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The 5 W's of Teaching English Online
Written by: Kathleen Graham
Last Updated: January 18, 2021
While living and teaching English in China in 2016, I met all kinds of Chinese people obsessed with learning English. I was surprised to find so many people learning English just for their own enjoyment (my wonderful, hilarious, crazy, scatter-brained landlord included), but of course there were those that were competing for spots at universities or in the workplace and dreaming of their bright futures. The people I noticed the most were parents pushing their kids to learn English from a very young age, similar to parents in a few other countries in Asia. However, it was clear from my everyday experience at a Chinese school near Guangzhou that students didn’t and probably never would get enough speaking time in their over-crowded classrooms.
So when I first discovered VIPKID (pronounced V-I-P-kid) from their bright orange advertisement with the yellow dinosaur, I thought to myself, “Why didn’t I think of that?” The market for young students learning English online, especially with one-on-one classes, is booming in China, and there are already quite a few companies that are popular with TEFL professionals living all over the world. Even though I live in the United States, I still get to “teach in China every day” and make a difference in children’s lives from halfway around the world!
WHY Are You So Happy?
I decided to become an online teacher for many reasons, but the timing is what still amazes me. Back in 2013, I took the online TEFL course with International TEFL Academy (clearly, I’ve always been a fan of online learning), and then taught in Asia for three straight years after that. But at the beginning of this year, my husband and I suddenly completed the immigration process and abruptly moved to the United States (right at the end of my contract in China, too!). I knew it would be easier for my husband and me to move to a city that benefited us both if we had some sort of steady income with the flexibility needed for job searching and house hunting. The other two benefits that stood out to me were the pay rate and provided curriculum.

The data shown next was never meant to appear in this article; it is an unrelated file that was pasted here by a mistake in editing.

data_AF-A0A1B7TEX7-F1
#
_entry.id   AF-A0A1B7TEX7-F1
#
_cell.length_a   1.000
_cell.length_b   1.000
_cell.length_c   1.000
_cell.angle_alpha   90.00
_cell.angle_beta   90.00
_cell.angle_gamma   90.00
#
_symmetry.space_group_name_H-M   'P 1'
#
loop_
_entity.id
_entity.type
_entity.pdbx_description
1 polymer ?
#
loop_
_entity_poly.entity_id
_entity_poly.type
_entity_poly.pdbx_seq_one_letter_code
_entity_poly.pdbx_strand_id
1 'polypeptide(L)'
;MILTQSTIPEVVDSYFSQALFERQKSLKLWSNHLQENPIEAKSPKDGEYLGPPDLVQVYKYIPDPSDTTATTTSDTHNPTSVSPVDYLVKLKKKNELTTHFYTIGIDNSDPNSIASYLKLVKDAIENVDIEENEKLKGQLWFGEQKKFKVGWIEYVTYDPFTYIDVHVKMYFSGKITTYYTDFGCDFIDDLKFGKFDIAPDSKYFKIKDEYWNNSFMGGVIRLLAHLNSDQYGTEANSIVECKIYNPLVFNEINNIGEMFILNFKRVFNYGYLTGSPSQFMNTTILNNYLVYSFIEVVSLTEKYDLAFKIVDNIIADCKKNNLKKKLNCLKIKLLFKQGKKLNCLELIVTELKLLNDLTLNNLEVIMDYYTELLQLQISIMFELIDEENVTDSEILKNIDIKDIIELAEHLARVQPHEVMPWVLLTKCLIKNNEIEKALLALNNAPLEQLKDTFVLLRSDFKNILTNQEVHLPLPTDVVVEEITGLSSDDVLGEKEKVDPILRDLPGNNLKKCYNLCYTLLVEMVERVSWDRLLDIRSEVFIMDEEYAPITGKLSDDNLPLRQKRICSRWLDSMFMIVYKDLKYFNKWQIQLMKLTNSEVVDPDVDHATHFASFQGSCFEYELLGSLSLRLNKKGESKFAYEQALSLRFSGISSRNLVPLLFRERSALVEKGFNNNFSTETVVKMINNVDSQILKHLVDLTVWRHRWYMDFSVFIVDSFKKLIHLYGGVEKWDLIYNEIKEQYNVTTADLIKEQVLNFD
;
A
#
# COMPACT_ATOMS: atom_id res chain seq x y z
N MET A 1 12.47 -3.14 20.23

First, teaching online allows you to earn a competitive wage, and at VIPKID specifically, the rate is $19-22 per hour. Also, many online teaching companies give bonuses for signing up trial students and referring other teachers, not to mention seasonal and monthly incentives or competitions. Most of the online teaching companies consider teaching online to be part-time work, but there are plenty of teachers that make it their full-time job just teaching a few hours a day and adding up bonuses and incentives. A few teachers have also won trips to Beijing to meet their students in person with VIPKID.
Another reason teachers are signing up to teach online is that many companies offer a fully prepared curriculum that includes interactive slides, quizzes, stories, games, and reward systems. If you had to prepare lessons on your own for a range of students in different levels each day, you’d be doing a ton of prep work and it would be even more difficult to document the progress students have made. Companies like VIPKID have a really great platform with easy-to-use tools so teachers can prepare beforehand, teach effectively, and then document quickly without wasting time. Companies usually pay you back for your props, too!
WHO Is BaoBao?
My students come from all over China and are usually between 4 and 14 years old. Since there are so many provinces in China, the students can be so different from each other. Most of my students love to share about the different places they are from or even where their families live around China, and I have noticed some similarities among certain students from the same cities or provinces, which mostly deal with their pronunciation habits but can include behaviors or expressions. This makes sense when you learn about the cultures within China, especially the differences in their own languages (Mandarin versus Cantonese, for example).